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Exhibition explores many different sides of Great War

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Sir Jack Leslie  who is 98 years old, pictured with  Exhibition Curator Nikki Ralston

Sir Jack Leslie who is 98 years old, pictured with Exhibition Curator Nikki Ralston

Sir Jack Leslie who is 98 years old, pictured with Exhibition Curator Nikki Ralston

A WIDOW'S long-running letter to her missing son is one of the deeply poignant centrepieces of a new exhibition that tells the multi-faceted and complex story of Ireland's involvement in World War I.

Mary Martin - a mother of 12 from Greenback in Monkstown, Co Dublin - wrote her private diary in the form of a letter to her 20-year-old son Charlie, a member of the Royal Dublin Fusiliers, who was wounded and missing in Gallipoli.

The first entry is on January 1, 1916 and begins: "Dear Charlie, Since I heard you were missing as well as wounded, it has occurred to me to write the diary in the form of a letter. We hope to hear from you soon. Till then cannot communicate with you." She gives a long and touching description of having called at the jewellers Wiers to buy a Christening present for "Aunt Rita's baby" on a "horribly wet and windy day" in Dublin.

The last entry in the diary is May 25 and shortly afterwards, on July 1, Mary learned that Charlie had died of his wounds soon after his capture the previous December.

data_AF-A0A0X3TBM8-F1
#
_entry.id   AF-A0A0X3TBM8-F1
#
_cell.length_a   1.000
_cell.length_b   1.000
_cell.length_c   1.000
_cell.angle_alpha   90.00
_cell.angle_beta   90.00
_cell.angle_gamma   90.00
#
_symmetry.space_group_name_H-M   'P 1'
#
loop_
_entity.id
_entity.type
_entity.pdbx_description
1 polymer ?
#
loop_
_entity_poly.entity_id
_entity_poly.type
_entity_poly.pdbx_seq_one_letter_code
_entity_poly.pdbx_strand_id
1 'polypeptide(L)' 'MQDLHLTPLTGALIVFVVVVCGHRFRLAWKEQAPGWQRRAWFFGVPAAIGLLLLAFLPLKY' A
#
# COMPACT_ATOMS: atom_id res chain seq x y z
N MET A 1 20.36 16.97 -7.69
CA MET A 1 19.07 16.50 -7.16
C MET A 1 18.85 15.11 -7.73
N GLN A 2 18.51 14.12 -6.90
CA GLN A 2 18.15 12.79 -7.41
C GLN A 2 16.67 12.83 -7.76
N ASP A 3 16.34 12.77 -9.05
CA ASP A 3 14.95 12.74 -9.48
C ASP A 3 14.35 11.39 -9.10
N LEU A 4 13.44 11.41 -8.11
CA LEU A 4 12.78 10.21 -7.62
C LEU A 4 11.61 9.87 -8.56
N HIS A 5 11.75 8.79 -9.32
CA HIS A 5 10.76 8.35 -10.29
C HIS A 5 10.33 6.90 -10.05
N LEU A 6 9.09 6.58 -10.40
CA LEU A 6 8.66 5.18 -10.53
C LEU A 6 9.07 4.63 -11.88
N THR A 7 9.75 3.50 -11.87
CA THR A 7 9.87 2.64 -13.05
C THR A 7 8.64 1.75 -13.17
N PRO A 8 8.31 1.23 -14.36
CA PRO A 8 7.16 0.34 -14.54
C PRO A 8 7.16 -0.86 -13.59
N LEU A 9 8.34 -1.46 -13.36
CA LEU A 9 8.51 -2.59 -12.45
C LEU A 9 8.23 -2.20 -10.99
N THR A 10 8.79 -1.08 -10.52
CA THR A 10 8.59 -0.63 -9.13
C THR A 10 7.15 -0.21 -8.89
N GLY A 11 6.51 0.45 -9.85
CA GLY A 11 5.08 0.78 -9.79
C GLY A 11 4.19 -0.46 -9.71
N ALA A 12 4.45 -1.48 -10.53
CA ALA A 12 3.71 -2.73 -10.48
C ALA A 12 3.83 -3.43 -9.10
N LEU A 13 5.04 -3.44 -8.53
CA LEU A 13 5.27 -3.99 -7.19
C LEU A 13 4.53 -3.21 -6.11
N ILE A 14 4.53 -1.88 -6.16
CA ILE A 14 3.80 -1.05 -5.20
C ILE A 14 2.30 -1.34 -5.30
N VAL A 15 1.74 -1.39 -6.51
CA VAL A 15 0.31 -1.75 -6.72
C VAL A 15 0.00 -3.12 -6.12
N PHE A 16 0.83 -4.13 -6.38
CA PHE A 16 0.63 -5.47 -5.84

The exhibition at the National Library of Ireland on Dublin's Kildare Street features letter, diaries, newspapers and literature from the library's collections.

"Irish people had very diverse and complex reactions to World War I," said curator Nikki Ralston. "We felt one of the best ways to illustrate how Ireland experienced the war was to explore a range of themes through real-life stories," she said.

The exhibition was opened yesterday by Arts Minister Heather Humphreys, who said it "paints a picture, often personal and poignant" of Ireland's part in the conflict.

Sir Jack Leslie of Glaslough, Co Monaghan, attended the launch with a sword brought to war as the only weapon of his uncle, Norman Leslie.

He was shot and killed in October 1914 while charging a German machine gun. It was considered ungentlemanly for officers to carry a gun.

British Ambassador Dominick Chilcott welcomed the 'fair spirit' of the exhibition.

Irish Independent